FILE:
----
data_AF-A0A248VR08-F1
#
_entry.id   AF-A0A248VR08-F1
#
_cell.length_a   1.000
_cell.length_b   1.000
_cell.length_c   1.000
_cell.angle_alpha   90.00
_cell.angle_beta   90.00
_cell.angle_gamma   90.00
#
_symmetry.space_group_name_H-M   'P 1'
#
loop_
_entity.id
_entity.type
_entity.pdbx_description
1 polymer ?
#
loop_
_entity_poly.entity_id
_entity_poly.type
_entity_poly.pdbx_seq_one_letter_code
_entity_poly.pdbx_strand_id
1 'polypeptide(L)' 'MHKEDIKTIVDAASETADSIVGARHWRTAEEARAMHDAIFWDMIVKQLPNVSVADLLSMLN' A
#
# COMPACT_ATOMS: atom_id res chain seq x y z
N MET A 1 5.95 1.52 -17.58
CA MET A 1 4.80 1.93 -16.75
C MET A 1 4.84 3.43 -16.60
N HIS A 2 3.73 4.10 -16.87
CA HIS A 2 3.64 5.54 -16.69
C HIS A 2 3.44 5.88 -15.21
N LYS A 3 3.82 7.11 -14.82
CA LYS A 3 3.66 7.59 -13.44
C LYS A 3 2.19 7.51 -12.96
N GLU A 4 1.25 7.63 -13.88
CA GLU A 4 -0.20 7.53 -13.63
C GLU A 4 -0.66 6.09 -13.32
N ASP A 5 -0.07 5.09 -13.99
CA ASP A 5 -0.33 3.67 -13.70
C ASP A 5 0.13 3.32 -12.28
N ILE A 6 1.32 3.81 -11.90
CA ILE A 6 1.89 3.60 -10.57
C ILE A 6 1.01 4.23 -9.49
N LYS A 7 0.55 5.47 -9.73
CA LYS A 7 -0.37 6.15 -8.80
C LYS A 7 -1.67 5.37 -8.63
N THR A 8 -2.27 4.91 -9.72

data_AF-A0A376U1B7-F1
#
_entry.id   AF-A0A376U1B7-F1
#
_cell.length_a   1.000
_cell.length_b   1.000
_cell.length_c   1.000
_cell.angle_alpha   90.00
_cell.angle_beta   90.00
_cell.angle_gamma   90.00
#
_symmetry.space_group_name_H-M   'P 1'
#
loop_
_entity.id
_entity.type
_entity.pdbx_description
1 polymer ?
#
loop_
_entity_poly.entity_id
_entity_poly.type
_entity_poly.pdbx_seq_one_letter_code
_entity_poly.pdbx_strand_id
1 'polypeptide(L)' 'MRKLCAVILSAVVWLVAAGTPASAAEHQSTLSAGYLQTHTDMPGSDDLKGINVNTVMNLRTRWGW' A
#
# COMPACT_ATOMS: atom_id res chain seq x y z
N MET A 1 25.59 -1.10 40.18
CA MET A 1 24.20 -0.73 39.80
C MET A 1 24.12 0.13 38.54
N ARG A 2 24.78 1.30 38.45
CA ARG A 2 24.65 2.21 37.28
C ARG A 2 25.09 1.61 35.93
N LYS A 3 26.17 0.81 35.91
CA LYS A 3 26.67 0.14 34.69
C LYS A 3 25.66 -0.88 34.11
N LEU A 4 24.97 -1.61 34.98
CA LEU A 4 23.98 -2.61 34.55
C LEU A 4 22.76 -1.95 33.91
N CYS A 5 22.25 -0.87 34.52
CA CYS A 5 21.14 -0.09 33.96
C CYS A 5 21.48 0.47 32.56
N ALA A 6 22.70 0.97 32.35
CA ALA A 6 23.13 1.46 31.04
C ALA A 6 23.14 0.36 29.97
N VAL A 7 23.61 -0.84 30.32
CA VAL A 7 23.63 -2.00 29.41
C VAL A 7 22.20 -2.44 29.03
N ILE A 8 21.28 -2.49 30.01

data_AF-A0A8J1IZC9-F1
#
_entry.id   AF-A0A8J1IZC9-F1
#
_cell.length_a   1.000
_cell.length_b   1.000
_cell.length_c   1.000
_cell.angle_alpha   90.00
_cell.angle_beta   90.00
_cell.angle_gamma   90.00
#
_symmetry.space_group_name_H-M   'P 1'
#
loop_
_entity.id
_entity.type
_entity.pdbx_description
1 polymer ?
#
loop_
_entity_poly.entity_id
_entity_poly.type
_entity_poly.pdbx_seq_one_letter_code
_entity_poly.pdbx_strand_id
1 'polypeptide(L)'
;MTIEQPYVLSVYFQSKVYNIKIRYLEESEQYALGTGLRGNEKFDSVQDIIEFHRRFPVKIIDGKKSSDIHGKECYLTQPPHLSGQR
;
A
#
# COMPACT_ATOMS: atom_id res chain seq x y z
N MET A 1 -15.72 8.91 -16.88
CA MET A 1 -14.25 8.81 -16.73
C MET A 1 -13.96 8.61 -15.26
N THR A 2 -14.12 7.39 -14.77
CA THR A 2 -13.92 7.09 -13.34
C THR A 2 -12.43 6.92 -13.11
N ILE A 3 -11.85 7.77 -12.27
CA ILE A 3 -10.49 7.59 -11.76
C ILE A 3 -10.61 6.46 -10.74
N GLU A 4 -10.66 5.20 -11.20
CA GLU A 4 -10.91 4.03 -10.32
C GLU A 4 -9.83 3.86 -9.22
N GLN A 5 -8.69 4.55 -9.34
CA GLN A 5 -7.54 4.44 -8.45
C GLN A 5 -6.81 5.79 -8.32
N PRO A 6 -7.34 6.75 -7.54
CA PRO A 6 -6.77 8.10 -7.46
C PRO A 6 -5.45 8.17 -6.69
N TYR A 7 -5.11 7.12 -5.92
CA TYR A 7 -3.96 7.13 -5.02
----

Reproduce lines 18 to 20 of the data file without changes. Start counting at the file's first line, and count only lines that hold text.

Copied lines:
1 polymer ?
#
loop_